Welcome to austinagrodolce … My family and I garden with more intention and enthusiasm than allocated budget or overall design plan. It shows. Wildlife populations don't seem to notice our lack of cohesive design, they just like the native plants here. It seems by growing local we've thrown out a welcome mat. Occasionally, we're surprised at who (and what) shows up.
Wednesday, August 20, 2014
An August surprise
Melothria pendula, commonly known as Guadaloupe or Creeping cucumber. It has shown up as a lacy covering atop of a little copse of roughleaf dogwood, spreading sideways over the crests of surrounding vinca, creeper and jasmine ground covers, to climb and drape a recurrent hackberry sapling.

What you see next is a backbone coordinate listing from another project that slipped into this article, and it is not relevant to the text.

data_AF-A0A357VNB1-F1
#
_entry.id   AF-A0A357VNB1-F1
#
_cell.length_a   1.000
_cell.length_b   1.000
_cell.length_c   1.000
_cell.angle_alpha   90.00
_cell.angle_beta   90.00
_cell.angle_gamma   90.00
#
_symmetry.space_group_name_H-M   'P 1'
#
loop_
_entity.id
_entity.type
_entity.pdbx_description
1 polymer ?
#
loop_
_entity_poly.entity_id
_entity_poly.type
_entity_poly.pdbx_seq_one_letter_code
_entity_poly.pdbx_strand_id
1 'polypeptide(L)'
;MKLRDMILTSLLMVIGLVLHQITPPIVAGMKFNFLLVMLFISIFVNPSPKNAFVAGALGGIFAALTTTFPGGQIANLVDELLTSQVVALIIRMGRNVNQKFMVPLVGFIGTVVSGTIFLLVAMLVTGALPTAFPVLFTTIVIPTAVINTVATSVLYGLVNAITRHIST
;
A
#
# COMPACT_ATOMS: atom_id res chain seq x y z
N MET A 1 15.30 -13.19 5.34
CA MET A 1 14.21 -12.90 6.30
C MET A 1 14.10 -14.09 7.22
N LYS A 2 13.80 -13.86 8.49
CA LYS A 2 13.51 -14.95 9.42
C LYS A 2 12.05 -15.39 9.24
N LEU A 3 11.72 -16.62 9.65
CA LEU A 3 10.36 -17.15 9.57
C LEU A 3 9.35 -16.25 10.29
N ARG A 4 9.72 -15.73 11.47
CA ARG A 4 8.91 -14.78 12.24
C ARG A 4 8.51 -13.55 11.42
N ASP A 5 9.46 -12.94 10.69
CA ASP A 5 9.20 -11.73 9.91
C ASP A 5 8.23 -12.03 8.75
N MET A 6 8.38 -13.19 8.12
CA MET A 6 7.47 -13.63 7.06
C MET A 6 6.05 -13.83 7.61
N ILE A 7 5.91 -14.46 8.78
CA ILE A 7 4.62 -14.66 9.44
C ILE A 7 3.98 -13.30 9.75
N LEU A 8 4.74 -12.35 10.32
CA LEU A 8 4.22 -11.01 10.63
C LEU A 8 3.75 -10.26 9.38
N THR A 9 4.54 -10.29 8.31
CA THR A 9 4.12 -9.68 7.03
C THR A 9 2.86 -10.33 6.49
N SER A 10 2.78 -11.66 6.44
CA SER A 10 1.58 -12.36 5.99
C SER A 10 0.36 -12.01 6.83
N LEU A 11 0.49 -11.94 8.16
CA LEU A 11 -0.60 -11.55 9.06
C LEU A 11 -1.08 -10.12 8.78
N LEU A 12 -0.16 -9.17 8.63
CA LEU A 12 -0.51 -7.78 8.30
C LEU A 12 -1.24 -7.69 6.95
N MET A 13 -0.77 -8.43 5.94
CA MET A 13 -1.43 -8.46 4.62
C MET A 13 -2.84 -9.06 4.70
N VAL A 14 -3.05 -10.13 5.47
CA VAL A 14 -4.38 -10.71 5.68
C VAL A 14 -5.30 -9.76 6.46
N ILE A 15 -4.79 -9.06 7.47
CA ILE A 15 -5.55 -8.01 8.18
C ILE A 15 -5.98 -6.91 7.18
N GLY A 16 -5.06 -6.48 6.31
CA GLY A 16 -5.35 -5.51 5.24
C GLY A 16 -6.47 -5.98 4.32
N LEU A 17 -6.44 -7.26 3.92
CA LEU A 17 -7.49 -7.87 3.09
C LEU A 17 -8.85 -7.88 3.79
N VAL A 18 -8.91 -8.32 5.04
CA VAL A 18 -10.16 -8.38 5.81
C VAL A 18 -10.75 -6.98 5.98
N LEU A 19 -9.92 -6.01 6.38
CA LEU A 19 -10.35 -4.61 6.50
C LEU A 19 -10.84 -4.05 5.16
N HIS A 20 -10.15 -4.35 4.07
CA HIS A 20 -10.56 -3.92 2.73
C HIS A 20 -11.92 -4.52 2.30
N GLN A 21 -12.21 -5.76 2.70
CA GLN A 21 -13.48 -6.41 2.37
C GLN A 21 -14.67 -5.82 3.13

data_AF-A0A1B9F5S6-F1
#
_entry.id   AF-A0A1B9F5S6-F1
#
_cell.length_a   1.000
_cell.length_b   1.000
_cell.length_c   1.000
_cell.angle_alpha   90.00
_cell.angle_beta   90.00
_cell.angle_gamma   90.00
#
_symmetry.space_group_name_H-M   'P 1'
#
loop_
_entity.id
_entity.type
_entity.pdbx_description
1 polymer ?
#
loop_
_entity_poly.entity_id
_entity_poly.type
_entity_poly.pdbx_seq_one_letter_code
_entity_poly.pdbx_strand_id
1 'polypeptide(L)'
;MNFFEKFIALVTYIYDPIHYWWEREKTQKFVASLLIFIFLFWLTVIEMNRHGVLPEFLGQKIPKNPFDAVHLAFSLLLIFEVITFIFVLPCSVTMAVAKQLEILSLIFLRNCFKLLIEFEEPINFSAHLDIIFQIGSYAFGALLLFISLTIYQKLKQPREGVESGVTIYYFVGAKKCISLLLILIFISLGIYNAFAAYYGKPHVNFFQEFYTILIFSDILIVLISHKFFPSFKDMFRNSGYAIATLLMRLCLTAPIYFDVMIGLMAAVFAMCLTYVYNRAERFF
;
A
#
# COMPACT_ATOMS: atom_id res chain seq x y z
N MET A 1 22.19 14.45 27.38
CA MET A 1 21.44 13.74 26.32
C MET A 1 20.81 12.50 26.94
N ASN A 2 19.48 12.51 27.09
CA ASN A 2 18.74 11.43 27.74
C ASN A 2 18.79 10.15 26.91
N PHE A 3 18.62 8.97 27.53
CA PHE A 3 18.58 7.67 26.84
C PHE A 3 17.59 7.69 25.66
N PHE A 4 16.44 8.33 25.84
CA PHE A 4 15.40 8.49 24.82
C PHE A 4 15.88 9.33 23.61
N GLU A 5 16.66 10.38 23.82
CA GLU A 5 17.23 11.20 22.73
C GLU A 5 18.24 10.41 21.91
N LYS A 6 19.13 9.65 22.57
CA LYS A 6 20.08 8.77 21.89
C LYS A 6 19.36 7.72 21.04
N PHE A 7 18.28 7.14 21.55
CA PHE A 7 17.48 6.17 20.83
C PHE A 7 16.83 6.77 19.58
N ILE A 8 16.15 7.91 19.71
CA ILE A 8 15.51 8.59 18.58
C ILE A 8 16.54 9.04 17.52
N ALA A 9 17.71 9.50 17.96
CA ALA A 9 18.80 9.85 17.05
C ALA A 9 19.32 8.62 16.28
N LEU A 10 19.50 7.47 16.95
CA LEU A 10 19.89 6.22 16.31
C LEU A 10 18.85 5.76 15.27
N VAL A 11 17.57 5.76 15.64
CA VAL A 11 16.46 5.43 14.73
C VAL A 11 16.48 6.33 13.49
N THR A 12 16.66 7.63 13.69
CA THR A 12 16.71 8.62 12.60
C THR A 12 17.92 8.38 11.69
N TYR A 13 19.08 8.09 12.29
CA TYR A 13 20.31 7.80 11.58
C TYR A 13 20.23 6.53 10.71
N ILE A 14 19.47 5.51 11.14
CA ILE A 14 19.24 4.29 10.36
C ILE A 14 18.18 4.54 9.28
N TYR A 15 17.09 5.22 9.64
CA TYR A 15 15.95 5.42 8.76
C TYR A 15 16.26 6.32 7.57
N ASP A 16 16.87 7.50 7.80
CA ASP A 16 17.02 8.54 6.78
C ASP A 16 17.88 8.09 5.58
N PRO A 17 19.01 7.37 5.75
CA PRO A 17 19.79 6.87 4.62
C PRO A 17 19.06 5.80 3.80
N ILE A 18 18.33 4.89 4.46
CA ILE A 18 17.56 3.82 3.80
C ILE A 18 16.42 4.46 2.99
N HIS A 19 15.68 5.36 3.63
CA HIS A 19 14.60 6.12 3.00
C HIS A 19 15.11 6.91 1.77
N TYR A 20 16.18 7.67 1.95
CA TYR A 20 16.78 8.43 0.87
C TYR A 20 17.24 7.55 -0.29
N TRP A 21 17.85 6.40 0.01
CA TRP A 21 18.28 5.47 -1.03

At first I thought we had muscadine grapes establishing, which I would have welcomed, but then I realized there were no clusters forming. Whatever those green fruits were, they weren't grapes.
edible depending on the source consulted, with the general consensus being that toxicity can be avoided by eating the fruit while in its unripe green state. Eating the ripened fruit once it darkens in color will apparently produce a significant "laxative effect".
I doubt I'll test that ediblity premise. I'm not particularly adventurous when it comes to foraging wild plants. As far as I can determine, the vines aren't invasive and won't strangle out their supporting props. I think they are quite lovely, so at least for this season, I plan to leave them in place and enjoy their twining tendrils.